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Hard seed breakdown rates of six tropical ley pasture legumes.

John Lawrence1, Lindsay Bell1 and Marie Breton2

1 CSIRO Ecosystems Sciences, PO Box 102, Toowoomba 4350 Email Lindsay.Bell@csiro.au or j.lawrence@csiro.au
2
AgroParisTech, Paris, France Email marie.breton@agroparistech.fr

Abstract

Maintaining a viable seed bank of tropical pasture legumes is important for ensuring legume persistence but also has implications for potential weed problems in crops following ley pastures. In particular the hard seed survival of Burgundy Bean (Macroptilium bracteatum) is unknown. This ongoing study examines the hard seed breakdown of six tropical pasture legume varieties since March 2010 and will continue for a further two years. Fresh hard seeds of the varieties were placed in replicated mesh bags at a field site near Toowoomba, Queensland and remaining hard seed was measured periodically. After the first year, 64% of seeds of Desmanthus cv. Marc (Desmanthus virgatus) and 46% of seeds of Desmanthus cv. Q 9153 remained hard; 18% of seeds of Burgundy Bean and 16% of seeds of Siratro cv. Aztec (Macroptilium atropurpureum) remained hard; only 2% of hard seeds of Butterfly Pea (Clitoria ternatea) and 1% of hard seeds of Centrosema cv. Cardillo (Centrosema pubescens) remained. After the second year, little additional hard seed of the Desmanthus had softened, but remaining hard seed had reduced to 14% for Burgundy Bean and 12% for Siratro. The majority(>80%) of Burgundy Bean and Siratro seeds softened within the first two years showing that they are unlikely to cause residual weed problems after that time. However, both varieties of Desmanthus had a persistent soil seed bank which could cause weed problems in following crops.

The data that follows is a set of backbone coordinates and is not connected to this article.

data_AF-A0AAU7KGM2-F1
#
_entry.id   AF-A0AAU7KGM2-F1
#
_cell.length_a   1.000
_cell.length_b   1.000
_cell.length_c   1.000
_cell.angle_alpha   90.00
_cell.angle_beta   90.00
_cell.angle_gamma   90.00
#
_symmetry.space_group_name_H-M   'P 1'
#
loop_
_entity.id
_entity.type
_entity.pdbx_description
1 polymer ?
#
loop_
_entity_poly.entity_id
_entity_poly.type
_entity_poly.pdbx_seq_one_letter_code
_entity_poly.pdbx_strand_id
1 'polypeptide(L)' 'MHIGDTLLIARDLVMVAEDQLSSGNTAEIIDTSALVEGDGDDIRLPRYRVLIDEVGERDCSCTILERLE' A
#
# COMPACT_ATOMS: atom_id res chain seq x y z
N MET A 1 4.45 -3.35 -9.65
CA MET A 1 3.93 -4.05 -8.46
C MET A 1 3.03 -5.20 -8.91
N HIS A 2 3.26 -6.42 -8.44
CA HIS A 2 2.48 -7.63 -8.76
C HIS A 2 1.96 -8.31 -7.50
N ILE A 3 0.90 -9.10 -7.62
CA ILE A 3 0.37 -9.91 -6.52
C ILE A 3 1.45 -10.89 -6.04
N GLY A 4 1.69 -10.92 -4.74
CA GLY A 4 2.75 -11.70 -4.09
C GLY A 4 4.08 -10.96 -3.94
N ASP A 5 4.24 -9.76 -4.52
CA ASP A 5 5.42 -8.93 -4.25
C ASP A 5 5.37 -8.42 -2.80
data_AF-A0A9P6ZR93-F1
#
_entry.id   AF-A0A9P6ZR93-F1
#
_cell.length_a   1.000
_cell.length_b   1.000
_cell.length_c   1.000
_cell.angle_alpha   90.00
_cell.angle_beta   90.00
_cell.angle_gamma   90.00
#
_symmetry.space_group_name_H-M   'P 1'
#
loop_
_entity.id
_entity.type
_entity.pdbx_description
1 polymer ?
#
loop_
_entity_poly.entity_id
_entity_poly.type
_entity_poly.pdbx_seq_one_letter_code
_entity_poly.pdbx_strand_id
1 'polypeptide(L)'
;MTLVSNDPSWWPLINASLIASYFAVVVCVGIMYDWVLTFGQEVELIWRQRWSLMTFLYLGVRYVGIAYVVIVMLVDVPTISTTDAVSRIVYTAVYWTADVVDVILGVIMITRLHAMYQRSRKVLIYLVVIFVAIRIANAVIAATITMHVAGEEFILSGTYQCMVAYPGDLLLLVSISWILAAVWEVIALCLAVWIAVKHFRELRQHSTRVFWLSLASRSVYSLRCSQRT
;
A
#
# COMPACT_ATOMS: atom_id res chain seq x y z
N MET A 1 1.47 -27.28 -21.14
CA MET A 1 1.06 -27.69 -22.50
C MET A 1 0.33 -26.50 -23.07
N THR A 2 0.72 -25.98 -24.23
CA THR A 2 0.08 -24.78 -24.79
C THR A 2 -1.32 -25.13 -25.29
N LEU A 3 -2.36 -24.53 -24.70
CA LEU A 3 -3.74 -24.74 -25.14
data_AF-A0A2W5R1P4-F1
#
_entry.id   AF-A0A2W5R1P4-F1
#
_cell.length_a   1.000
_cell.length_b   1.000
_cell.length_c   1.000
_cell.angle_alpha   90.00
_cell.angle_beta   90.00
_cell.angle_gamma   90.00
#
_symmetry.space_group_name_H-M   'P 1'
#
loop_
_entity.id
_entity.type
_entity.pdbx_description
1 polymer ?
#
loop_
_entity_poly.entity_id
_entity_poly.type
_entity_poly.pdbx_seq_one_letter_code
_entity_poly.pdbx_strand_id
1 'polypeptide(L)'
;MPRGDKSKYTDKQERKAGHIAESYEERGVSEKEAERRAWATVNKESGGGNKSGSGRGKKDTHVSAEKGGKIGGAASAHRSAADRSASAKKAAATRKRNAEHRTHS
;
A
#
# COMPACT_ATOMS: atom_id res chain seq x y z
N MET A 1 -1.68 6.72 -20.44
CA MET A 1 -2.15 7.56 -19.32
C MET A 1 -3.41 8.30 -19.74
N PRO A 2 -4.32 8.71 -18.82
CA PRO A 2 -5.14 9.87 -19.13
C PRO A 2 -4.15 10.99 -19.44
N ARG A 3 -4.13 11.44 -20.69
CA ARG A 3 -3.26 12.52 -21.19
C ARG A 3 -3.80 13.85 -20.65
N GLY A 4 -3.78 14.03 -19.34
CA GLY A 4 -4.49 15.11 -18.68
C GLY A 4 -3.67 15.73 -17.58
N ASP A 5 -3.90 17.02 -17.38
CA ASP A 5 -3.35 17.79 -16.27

Keywords

Legumes, persistence, hard seed, breakdown rates, weed problem.

Introduction

Understanding seed longevity is important because the hard seed requirements of species differ depending on the type of system in which they are used. In ley pastures the pasture is required to regenerate whereas when followed by a crop this regeneration becomes a weed problem. Sufficient soil hard seed must enable pasture density to be maintained in a long-term ley pasture but a high soil seed reserve may be a disadvantage when a crop is sown after the pasture break. Some studies have shown that hard seeds of some Mediterranean legumes can persist for many years (Taylor and Ewing, 1992) but for many sub-tropical pasture legumes there is no information on their short and long-term softening patterns. The purpose of this study is to compare the breakdown rate of 6 varieties of tropical ley pasture legumes species over four years in order to enhance knowledge of seed longevity in short-term rotations and their potential to cause residual weed problems in subsequent crops.

Methods

Experimental design

This study has run for two years from March 2010 and will continue for a further two years using five sub-tropical pasture legume species including two cultivars of Desmanthus virgatus (Table 1).

Table 1. The 6 sub-tropical legumes, cultivars and number of seeds per lot used.

Cultivar/common name

Scientific name

 

No. Seeds/lot

Desmanthus cv. Marc